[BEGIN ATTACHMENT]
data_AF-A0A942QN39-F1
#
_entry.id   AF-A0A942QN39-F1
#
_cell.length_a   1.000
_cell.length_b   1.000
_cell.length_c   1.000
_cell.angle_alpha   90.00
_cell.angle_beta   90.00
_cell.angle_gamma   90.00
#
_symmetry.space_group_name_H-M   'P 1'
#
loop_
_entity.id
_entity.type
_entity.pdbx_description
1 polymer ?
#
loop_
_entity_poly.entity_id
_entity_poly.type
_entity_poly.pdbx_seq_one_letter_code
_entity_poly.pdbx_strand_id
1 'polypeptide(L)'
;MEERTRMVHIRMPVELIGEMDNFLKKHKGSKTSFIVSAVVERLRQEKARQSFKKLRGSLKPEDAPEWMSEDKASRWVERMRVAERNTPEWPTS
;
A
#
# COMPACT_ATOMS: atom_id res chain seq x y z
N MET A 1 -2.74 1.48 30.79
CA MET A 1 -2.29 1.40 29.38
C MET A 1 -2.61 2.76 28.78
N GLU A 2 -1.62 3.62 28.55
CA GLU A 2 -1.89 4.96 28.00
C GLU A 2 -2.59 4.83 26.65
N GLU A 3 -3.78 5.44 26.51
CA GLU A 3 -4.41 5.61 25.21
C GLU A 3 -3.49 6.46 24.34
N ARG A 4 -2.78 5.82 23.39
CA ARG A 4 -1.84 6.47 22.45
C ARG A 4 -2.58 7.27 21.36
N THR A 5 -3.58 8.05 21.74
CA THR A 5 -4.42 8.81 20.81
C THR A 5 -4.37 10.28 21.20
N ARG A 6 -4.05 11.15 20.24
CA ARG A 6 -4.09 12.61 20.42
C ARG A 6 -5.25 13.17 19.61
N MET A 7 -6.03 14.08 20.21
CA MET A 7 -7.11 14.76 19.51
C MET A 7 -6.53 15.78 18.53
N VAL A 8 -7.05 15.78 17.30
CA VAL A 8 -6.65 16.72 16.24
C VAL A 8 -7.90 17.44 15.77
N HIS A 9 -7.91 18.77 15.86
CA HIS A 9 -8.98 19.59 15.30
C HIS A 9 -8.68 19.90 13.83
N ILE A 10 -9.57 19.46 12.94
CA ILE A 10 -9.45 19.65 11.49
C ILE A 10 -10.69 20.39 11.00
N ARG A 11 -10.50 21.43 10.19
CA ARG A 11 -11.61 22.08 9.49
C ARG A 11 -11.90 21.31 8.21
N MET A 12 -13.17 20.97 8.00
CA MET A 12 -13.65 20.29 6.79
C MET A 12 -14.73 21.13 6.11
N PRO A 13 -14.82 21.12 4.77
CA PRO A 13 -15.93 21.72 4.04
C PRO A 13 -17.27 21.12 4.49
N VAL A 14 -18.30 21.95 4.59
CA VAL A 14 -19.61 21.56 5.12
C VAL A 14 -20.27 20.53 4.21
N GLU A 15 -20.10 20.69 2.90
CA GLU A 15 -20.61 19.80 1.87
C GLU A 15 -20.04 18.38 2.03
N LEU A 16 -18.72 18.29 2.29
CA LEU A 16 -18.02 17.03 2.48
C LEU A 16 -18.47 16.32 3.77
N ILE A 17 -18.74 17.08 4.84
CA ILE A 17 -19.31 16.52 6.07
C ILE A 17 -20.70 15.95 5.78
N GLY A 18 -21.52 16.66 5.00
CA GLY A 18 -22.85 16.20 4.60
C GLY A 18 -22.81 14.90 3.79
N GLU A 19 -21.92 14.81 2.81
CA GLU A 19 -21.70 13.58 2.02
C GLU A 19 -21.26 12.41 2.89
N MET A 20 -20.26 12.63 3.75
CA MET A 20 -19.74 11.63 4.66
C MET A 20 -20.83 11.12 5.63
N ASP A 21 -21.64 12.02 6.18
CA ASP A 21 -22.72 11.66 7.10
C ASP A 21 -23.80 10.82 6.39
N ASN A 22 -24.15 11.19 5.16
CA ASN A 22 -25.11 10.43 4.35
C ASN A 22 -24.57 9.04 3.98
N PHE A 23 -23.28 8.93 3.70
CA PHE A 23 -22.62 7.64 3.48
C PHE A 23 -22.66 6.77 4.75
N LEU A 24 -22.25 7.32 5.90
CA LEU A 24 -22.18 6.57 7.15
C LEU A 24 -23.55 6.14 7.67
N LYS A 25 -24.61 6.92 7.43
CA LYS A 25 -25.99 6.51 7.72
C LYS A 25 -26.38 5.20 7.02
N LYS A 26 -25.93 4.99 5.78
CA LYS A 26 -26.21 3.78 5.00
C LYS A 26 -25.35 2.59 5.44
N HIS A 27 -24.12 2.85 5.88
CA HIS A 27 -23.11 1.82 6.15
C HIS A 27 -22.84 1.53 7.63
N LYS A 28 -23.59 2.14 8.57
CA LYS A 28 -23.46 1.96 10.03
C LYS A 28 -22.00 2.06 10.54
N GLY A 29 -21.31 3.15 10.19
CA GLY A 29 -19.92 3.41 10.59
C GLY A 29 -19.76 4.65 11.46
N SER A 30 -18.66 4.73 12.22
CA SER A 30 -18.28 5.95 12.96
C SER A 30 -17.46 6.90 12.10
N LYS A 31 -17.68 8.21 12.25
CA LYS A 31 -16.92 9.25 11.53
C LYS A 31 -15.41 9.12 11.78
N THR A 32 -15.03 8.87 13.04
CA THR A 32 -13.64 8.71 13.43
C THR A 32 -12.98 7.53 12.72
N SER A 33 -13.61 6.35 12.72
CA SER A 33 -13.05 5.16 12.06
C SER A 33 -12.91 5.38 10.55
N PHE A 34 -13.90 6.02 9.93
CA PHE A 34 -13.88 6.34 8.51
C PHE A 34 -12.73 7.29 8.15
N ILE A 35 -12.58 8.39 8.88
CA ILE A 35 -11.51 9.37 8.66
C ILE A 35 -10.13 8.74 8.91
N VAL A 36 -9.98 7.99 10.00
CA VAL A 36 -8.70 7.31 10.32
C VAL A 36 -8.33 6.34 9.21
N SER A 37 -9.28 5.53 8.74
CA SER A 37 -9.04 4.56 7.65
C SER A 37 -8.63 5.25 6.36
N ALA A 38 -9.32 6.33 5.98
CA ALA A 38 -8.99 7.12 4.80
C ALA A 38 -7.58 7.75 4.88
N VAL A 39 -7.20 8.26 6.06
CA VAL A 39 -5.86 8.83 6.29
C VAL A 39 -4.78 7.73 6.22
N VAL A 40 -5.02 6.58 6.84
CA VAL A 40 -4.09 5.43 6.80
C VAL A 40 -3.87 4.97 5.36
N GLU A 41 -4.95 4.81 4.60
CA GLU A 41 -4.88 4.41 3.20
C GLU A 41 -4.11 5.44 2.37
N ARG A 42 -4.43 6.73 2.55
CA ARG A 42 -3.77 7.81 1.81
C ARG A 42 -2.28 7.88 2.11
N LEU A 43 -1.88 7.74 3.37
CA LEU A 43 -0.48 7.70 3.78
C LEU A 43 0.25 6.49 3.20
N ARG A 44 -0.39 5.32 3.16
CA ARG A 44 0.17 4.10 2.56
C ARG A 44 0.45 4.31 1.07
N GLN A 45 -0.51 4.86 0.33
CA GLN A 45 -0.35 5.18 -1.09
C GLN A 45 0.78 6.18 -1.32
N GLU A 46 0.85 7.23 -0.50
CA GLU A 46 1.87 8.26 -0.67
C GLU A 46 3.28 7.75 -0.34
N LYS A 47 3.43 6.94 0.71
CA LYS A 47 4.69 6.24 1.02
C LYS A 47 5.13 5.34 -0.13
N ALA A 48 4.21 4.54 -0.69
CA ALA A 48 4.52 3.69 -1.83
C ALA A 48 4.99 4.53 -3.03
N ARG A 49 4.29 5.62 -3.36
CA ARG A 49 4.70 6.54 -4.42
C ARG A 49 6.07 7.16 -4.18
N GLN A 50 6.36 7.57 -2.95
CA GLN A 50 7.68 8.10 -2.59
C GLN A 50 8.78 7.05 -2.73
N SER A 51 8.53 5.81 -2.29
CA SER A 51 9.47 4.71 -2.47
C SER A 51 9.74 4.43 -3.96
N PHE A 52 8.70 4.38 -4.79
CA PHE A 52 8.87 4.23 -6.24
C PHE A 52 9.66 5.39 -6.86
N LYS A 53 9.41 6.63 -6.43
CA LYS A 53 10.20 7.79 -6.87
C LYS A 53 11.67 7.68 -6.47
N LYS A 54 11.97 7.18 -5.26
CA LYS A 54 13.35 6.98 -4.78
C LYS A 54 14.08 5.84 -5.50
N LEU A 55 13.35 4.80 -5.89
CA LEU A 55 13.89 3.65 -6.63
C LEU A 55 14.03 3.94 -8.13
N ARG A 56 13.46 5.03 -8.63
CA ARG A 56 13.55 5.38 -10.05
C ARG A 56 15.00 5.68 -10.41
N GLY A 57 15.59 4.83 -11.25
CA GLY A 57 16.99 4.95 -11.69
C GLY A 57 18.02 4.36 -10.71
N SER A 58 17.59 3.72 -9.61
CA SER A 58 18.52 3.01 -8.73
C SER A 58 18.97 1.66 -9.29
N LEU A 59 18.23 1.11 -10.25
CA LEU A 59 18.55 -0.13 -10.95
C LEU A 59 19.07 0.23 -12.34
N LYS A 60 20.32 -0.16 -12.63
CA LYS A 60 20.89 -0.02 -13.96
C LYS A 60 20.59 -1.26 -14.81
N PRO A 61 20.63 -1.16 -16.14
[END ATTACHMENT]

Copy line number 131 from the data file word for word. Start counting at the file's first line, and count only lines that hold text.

CA PHE A 34 -13.88 6.34 8.51